In this article, I’ll show how to use the go-zabbix package for sending metrics to the Zabbix server.  If instead you were looking to manipulate the backend server definitions (host, templates, hostgroups, etc.) using the REST API, then see my other article here.

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GoLang: Glide for Go language package management

Downloading 3rd party packages from github is made very simple in the Go language with the import statement. But similar to other languages, the complexity of versions and inter-dependencies begs the use of a package manager for any projects that are non-trivial (think npm for Javascript, pip for Python, Maven for Java, etc.).

Glide is a package manager for the Go programming language that can greatly ease the chore of package management by supporting package independence between projects, versioning, and non-master branches.

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Zabbix: Zabbix REST API using a Go client

The open-source Zabbix monitoring solution has a REST API that provides the ability for deep integrations with your existing monitoring, logging, and alerting systems.

This fosters development of community-driven modules like Ryan Day’s zabbix Go language package, which is an easy way to automate Zabbix tasks like creating hosts and manipulating other back end structures.

One of the nice things about the Go language is that libraries are generally statically linked into a single executable, so you only need to copy over a single executable.  You don’t have to copy 3rd party jars (Java) or require an internet connection to pypi from production system (Python).

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GoLang: Vendor directory for github branches other than master

Using 3rd party packages from github is made very simple in the Go language with the import statement.  But one problem is that “go get” will always pull the HEAD of the master branch and there is no way to explicitly specify another branch.

The ultimate answer would be to use a package dependency manager like Glide, which I describe in this article.  But if you cannot introduce Glide into your workflow yet then manually populating the vendor directory (enabled by default since 1.6) is a viable alternative.

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GoLang: Cross Compiling for Linux and Windows platforms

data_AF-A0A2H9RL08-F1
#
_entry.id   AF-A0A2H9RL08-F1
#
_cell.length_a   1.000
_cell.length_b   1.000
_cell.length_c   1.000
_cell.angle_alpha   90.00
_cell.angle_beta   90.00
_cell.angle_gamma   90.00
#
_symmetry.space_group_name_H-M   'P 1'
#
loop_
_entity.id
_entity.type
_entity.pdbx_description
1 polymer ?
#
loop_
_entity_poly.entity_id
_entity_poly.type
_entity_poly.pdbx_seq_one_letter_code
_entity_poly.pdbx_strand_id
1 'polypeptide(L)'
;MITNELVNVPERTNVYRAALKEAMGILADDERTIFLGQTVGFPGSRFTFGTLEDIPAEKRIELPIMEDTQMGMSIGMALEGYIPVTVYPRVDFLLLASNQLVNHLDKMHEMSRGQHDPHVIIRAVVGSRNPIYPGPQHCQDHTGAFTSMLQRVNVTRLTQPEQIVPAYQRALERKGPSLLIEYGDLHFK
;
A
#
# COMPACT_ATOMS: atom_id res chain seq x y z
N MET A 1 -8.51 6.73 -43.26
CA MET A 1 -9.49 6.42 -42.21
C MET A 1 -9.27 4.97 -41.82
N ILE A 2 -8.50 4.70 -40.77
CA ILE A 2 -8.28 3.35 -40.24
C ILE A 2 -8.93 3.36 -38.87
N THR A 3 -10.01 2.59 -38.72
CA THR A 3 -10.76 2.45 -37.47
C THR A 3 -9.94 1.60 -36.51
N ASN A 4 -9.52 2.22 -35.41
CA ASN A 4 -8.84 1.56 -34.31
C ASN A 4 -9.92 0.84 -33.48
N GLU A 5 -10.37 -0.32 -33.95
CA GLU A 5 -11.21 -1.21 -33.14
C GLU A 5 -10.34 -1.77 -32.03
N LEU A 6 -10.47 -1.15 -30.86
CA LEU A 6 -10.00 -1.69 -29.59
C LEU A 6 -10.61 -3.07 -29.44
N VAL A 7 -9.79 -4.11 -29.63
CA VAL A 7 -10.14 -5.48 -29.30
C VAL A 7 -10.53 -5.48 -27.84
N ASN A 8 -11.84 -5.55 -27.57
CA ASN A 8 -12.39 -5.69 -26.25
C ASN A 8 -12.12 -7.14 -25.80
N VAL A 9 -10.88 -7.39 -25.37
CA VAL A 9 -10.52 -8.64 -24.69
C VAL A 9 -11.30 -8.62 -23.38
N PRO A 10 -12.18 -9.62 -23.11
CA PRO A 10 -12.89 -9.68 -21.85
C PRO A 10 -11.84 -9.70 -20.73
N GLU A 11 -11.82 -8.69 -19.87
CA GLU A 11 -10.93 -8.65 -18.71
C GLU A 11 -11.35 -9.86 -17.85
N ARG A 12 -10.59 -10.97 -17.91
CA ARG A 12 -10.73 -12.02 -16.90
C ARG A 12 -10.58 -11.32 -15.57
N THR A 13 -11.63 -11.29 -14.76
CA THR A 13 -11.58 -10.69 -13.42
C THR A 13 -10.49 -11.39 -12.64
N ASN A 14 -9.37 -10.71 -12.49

A nice feature of the Go language is the ability to build binaries for multiple platforms directly from a single source system.  As an example, even from a development Windows 7 32-bit machine, you can build binaries for both 64 bit Linux and Windows 2012 Servers.

Before Go 1.5, you needed a compiler for the target architecture, but now that the entire tool chain is written in Go, building for multiple architectures is easy.

And unlike other languages where additional external libraries need to be copied or downloaded on the target system, Go dependencies are generally statically linked [1,2,3,4] into a single binary which makes portability that much easier.

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GoLang: Installing the Go Programming language on Ubuntu 14.04

The Go programming language has gotten considerable momentum, and the fact that it compiles down to machine code has made it popular in containers like Docker where a single executable binary fits the execution model perfectly.

This article will detail installation on Ubuntu 14.04 with the standard hello world validation.

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SaltStack: Combine multiple pillar files under a single key

saltstack_logo-thumbnailAn issue that keeps coming up on the mailing lists as well as Stackoverflow[1,2] is how to merge multiple pillar files for use with a single state.  The problem is that pillars using the same key overwrite each other, and there is no easy way to express the desire to merge instead.

There are various workarounds, but all of these expect the human operator to know about these disparate sources and manually mend them together with a unifying sls file (using includes or anchors/references).

The state and pillar files in this article can be downloaded from my github page.

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ELK: Using Ruby in Logstash filters